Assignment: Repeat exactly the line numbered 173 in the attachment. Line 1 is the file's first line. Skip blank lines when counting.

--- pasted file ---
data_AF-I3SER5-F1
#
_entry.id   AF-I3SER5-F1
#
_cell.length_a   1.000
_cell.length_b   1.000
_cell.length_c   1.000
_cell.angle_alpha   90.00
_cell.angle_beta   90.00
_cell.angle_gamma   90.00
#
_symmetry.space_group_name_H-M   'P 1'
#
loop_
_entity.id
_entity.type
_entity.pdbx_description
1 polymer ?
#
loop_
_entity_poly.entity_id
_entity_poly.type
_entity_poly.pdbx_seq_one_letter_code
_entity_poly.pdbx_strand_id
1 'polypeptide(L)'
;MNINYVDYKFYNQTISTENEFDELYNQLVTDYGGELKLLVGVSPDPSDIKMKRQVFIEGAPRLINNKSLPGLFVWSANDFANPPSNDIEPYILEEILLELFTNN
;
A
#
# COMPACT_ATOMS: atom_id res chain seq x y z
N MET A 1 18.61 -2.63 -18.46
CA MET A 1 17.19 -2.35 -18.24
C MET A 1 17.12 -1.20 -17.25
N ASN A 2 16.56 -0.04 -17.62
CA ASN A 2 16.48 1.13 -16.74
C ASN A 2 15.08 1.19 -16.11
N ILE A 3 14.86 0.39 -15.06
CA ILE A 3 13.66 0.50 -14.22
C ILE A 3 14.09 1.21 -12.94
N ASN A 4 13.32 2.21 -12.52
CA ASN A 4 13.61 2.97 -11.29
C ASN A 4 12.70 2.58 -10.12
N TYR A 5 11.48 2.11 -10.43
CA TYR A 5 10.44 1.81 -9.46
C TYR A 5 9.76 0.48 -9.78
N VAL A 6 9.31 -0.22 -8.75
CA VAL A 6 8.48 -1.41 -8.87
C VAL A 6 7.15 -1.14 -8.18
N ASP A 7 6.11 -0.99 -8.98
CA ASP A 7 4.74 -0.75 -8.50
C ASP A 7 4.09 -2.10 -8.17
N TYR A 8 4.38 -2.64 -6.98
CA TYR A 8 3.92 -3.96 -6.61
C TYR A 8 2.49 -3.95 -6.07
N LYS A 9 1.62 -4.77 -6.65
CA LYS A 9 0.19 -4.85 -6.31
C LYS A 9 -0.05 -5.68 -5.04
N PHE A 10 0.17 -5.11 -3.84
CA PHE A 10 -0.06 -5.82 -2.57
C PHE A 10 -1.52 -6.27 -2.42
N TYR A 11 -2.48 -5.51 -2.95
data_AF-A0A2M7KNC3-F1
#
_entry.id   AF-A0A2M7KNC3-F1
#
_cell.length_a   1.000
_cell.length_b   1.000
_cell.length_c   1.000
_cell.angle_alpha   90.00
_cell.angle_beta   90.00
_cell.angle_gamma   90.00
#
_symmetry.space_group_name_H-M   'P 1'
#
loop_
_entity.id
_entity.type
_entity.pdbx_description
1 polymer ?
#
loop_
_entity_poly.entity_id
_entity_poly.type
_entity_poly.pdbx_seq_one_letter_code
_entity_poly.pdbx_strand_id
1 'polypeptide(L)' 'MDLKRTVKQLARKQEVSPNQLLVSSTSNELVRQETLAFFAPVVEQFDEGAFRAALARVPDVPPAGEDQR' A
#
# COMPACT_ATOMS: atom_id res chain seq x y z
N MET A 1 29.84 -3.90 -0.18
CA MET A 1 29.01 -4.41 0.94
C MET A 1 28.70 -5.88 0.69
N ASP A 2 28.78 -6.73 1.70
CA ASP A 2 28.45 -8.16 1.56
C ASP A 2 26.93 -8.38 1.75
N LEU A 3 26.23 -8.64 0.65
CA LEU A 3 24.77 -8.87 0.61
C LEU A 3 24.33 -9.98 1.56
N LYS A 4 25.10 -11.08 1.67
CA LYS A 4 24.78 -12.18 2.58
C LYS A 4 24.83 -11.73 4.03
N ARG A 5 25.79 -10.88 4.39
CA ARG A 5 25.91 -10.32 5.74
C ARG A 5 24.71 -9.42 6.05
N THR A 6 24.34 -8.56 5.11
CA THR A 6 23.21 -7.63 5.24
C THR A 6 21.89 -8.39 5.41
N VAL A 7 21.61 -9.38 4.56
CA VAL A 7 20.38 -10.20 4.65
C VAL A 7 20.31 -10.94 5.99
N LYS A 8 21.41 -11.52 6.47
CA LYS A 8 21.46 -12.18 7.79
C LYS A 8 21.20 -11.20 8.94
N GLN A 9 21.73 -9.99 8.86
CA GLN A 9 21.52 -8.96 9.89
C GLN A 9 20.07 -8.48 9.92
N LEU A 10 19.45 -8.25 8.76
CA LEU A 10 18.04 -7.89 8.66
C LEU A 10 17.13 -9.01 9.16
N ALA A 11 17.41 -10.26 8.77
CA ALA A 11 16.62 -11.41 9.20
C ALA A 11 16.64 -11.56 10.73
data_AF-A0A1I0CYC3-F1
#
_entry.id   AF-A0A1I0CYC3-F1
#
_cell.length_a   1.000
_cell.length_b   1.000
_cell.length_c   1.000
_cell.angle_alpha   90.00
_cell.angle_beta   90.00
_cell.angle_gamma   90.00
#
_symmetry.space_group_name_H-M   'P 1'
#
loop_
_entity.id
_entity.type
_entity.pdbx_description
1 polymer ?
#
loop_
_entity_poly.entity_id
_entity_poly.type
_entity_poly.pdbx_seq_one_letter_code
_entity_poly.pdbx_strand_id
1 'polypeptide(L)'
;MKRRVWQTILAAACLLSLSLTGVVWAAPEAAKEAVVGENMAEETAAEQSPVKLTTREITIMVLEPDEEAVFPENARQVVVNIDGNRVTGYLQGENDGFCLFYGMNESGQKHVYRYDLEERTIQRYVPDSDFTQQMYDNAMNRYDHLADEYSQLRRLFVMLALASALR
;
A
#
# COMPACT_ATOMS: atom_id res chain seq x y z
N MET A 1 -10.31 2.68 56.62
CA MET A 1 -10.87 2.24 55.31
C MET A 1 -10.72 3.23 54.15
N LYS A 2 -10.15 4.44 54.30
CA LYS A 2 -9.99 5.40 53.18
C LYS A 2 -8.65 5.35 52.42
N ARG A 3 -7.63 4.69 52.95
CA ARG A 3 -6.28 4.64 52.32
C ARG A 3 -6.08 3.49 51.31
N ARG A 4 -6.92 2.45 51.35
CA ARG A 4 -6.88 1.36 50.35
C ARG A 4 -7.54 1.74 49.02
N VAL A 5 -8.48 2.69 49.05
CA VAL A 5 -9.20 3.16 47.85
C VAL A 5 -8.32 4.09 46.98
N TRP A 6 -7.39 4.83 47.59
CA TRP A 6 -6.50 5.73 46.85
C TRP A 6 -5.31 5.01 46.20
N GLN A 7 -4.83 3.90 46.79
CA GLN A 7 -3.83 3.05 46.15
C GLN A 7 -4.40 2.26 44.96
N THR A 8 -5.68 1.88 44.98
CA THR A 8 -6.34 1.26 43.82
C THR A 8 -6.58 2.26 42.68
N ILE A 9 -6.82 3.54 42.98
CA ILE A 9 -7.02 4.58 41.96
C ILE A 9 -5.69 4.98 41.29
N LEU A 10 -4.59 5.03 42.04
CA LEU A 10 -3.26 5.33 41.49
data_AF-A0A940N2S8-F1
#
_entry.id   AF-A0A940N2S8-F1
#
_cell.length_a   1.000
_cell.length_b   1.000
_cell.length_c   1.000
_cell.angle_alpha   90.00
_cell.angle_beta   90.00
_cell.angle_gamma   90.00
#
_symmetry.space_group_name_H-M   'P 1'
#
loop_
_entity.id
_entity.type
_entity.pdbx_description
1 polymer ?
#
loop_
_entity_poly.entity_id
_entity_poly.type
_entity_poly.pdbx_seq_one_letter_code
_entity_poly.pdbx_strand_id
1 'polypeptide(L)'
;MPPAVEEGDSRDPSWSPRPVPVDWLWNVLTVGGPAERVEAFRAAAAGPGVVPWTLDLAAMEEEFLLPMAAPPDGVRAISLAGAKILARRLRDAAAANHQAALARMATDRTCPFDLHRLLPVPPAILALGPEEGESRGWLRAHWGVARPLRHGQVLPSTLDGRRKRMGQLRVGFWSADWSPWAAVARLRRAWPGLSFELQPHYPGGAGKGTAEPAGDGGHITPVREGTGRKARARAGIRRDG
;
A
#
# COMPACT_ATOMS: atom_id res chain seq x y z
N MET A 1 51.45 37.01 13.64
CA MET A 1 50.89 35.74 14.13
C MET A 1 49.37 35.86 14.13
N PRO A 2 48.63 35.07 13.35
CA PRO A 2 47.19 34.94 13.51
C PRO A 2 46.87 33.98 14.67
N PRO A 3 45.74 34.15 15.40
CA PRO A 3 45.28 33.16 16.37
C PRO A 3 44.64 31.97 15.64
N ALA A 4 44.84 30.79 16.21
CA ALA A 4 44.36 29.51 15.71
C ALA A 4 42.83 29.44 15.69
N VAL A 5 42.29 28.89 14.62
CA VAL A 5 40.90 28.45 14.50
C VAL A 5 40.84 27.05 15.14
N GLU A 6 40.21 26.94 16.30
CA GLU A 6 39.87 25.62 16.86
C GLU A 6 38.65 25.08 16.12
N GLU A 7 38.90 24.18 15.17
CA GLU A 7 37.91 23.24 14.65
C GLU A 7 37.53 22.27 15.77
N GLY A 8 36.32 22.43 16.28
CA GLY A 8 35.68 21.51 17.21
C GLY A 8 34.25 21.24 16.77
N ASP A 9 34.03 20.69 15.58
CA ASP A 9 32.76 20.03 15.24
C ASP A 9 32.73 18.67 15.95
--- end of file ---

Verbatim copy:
N THR A 8 -5.68 1.88 44.98